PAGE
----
Control output mode for print-object$
See serialize for a discussion of ``serialization''
routines, contributed by Jared Davis for saving ACL2 objects in files for
NOTE: To control the use of the serialize writer by the system, rather than
by the user (as discussed below), see set-serialize-character-system.
The expression (with-serialize-character char form) evaluates to the
value of form, but with the serialize-character of the state
assigned to char, which should be one of nil, #\Y, or
#\Z. We describe the effect of that assignment below. But note that if
you are doing this because of one or more specific calls of
print-object$, such as (print-object$ x channel state), then you may
wish instead to evaluate (print-object$-fn x serialize-character channel
state), in which case you will not need to use
(with-serialize-character nil form)
(with-serialize-character #Y form)
(with-serialize-character #Z form)
where form should evaluate to an error-triple.
You can get the current serialize-character as follows.
Note that if you prefer to obtain the same behavior (as described below)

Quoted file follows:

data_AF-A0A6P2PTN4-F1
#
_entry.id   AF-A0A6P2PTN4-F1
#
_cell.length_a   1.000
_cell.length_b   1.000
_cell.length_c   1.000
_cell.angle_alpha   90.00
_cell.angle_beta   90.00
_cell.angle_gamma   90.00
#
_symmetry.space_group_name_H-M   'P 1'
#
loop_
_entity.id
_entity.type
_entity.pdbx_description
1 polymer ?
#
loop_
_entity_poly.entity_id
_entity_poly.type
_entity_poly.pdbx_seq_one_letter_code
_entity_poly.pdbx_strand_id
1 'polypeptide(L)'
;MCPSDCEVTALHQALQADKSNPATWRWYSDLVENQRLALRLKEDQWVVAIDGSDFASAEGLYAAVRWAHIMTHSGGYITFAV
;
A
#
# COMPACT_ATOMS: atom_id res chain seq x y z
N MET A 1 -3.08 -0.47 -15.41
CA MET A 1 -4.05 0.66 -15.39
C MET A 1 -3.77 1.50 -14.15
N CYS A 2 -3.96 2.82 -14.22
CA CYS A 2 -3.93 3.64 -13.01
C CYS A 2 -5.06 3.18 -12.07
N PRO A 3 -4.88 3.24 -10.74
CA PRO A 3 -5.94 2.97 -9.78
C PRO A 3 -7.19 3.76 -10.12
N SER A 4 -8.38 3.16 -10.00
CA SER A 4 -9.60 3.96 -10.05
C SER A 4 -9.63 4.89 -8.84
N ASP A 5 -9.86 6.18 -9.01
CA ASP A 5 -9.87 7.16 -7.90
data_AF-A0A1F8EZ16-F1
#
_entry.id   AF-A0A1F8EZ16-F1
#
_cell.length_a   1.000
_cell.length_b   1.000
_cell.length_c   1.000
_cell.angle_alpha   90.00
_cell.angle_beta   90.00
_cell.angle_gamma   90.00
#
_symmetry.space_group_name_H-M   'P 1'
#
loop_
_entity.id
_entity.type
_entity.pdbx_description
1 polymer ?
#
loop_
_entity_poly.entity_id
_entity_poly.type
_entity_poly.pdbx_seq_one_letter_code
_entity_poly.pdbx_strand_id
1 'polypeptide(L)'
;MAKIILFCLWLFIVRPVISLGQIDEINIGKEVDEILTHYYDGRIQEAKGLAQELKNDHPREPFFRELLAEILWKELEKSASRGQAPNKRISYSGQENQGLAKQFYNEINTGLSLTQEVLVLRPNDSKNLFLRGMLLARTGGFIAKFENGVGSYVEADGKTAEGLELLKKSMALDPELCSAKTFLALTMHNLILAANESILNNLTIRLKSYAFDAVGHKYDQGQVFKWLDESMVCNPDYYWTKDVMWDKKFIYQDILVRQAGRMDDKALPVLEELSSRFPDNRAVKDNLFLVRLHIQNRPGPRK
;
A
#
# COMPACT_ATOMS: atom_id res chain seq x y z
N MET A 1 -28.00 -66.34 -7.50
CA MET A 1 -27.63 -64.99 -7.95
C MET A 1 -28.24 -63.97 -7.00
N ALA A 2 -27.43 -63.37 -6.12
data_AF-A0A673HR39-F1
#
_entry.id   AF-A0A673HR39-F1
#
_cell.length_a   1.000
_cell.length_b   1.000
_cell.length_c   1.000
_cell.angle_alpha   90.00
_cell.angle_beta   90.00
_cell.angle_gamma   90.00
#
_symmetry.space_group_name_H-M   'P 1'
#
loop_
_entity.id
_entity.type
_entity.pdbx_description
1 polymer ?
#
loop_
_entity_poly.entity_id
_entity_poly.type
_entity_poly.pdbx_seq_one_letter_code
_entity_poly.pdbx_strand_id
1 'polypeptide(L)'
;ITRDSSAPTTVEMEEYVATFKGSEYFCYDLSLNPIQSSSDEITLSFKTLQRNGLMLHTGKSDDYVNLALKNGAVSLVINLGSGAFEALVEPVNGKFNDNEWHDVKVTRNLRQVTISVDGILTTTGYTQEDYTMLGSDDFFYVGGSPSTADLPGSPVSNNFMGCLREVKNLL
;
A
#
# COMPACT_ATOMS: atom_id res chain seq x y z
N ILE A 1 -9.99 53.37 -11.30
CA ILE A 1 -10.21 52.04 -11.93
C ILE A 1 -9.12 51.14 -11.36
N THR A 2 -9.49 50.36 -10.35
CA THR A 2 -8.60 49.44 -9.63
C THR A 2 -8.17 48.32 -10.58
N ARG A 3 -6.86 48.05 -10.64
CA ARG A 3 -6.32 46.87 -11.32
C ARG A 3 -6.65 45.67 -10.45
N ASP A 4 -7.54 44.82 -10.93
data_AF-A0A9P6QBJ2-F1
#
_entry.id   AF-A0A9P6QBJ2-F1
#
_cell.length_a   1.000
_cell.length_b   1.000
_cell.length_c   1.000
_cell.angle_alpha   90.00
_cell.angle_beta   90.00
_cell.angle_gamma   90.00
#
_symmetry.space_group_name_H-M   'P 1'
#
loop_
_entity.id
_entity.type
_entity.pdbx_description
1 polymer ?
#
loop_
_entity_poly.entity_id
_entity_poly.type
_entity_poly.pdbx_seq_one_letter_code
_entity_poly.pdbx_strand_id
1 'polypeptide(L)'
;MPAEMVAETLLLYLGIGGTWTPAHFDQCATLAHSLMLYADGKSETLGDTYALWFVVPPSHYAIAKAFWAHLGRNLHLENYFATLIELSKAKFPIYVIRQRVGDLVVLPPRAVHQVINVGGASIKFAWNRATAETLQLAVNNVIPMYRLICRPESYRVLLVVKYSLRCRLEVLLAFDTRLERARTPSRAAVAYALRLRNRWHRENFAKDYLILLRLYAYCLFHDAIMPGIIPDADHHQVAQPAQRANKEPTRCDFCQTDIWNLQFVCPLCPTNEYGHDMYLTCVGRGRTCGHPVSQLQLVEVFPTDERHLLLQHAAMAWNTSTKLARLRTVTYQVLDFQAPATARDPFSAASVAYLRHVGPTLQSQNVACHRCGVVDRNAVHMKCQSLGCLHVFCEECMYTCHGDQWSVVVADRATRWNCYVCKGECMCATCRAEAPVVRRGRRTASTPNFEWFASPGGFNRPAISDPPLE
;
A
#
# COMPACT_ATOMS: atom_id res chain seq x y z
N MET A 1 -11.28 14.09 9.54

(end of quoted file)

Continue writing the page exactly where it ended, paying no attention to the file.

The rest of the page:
globally, rather than only within the scope of with-serialize-character,
then use set-serialize-character in a corresponding manner:
(set-serialize-character nil state)
(set-serialize-character #\Y state)
(set-serialize-character #\Z state)
In each case above, calls of print-object$ (see io) in
form will produce a readable object. In the first case, that object is
printed as one might expect at the terminal, as an ordinary Lisp s-expression.
But in the other cases, the object is printed by first laying down either
#Y or #Z (respectively) and then calling serialize-write (or
more precisely, the underlying function called by serialize-write that
prints to a stream).
Consider what happens when the ACL2 reader encounters an object produced as
described above (in the #Y or #Z case). When the object was
written, information was recorded on whether that object was a hons.
In the case of #Z, the object will be read as a hons if and only if it
was originally written as a hons. But in the case of #Y, it will never
be read as a hons. Thus, #Y and #Z will behave the same if the
original written object was not a hons, creating an object that is not a hons.
For an equivalent explanation and a bit more discussion, see serialize-read, in particular the discussion of the hons-mode. The value
:smart described there corresponds to #Z, while :never
corresponds to #Y.